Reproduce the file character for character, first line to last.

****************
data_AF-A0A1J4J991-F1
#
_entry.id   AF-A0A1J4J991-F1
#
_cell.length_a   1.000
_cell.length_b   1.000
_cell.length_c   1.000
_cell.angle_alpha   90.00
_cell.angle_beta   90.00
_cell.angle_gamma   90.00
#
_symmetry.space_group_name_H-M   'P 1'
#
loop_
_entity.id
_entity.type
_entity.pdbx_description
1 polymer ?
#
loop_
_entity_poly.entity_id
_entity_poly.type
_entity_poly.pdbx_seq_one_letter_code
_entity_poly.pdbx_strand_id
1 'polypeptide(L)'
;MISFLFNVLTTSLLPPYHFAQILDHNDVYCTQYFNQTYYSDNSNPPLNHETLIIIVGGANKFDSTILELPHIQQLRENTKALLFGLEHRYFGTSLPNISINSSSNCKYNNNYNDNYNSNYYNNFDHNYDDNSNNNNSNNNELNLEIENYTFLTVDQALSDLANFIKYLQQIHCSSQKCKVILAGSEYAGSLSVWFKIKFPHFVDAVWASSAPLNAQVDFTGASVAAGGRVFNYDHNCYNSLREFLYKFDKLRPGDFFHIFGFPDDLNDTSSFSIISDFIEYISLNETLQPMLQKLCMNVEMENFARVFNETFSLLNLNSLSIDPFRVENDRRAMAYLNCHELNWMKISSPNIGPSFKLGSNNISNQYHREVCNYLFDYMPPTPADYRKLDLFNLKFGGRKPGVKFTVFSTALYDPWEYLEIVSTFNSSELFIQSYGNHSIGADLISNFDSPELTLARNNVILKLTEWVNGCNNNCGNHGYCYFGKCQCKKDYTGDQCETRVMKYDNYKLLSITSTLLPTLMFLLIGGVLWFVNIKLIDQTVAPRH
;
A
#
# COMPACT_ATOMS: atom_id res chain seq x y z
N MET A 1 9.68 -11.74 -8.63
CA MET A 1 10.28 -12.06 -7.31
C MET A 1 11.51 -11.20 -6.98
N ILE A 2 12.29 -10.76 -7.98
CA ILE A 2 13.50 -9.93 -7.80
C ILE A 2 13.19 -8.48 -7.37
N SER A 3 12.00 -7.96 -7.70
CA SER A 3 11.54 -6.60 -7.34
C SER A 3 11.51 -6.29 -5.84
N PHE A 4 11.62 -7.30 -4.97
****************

data_AF-A0A1J4J991-F1
#
_entry.id   AF-A0A1J4J991-F1
#
_cell.length_a   1.000
_cell.length_b   1.000
_cell.length_c   1.000
_cell.angle_alpha   90.00
_cell.angle_beta   90.00
_cell.angle_gamma   90.00
#
_symmetry.space_group_name_H-M   'P 1'
#
loop_
_entity.id
_entity.type
_entity.pdbx_description
1 polymer ?
#
loop_
_entity_poly.entity_id
_entity_poly.type
_entity_poly.pdbx_seq_one_letter_code
_entity_poly.pdbx_strand_id
1 'polypeptide(L)'
;MISFLFNVLTTSLLPPYHFAQILDHNDVYCTQYFNQTYYSDNSNPPLNHETLIIIVGGANKFDSTILELPHIQQLRENTKALLFGLEHRYFGTSLPNISINSSSNCKYNNNYNDNYNSNYYNNFDHNYDDNSNNNNSNNNELNLEIENYTFLTVDQALSDLANFIKYLQQIHCSSQKCKVILAGSEYAGSLSVWFKIKFPHFVDAVWASSAPLNAQVDFTGASVAAGGRVFNYDHNCYNSLREFLYKFDKLRPGDFFHIFGFPDDLNDTSSFSIISDFIEYISLNETLQPMLQKLCMNVEMENFARVFNETFSLLNLNSLSIDPFRVENDRRAMAYLNCHELNWMKISSPNIGPSFKLGSNNISNQYHREVCNYLFDYMPPTPADYRKLDLFNLKFGGRKPGVKFTVFSTALYDPWEYLEIVSTFNSSELFIQSYGNHSIGADLISNFDSPELTLARNNVILKLTEWVNGCNNNCGNHGYCYFGKCQCKKDYTGDQCETRVMKYDNYKLLSITSTLLPTLMFLLIGGVLWFVNIKLIDQTVAPRH
;
A
#
# COMPACT_ATOMS: atom_id res chain seq x y z
N MET A 1 9.68 -11.74 -8.63
CA MET A 1 10.28 -12.06 -7.31
C MET A 1 11.51 -11.20 -6.98
N ILE A 2 12.29 -10.76 -7.98
CA ILE A 2 13.50 -9.93 -7.80
C ILE A 2 13.19 -8.48 -7.37
N SER A 3 12.00 -7.96 -7.70
CA SER A 3 11.54 -6.60 -7.34
C SER A 3 11.51 -6.29 -5.84
N PHE A 4 11.62 -7.30 -4.97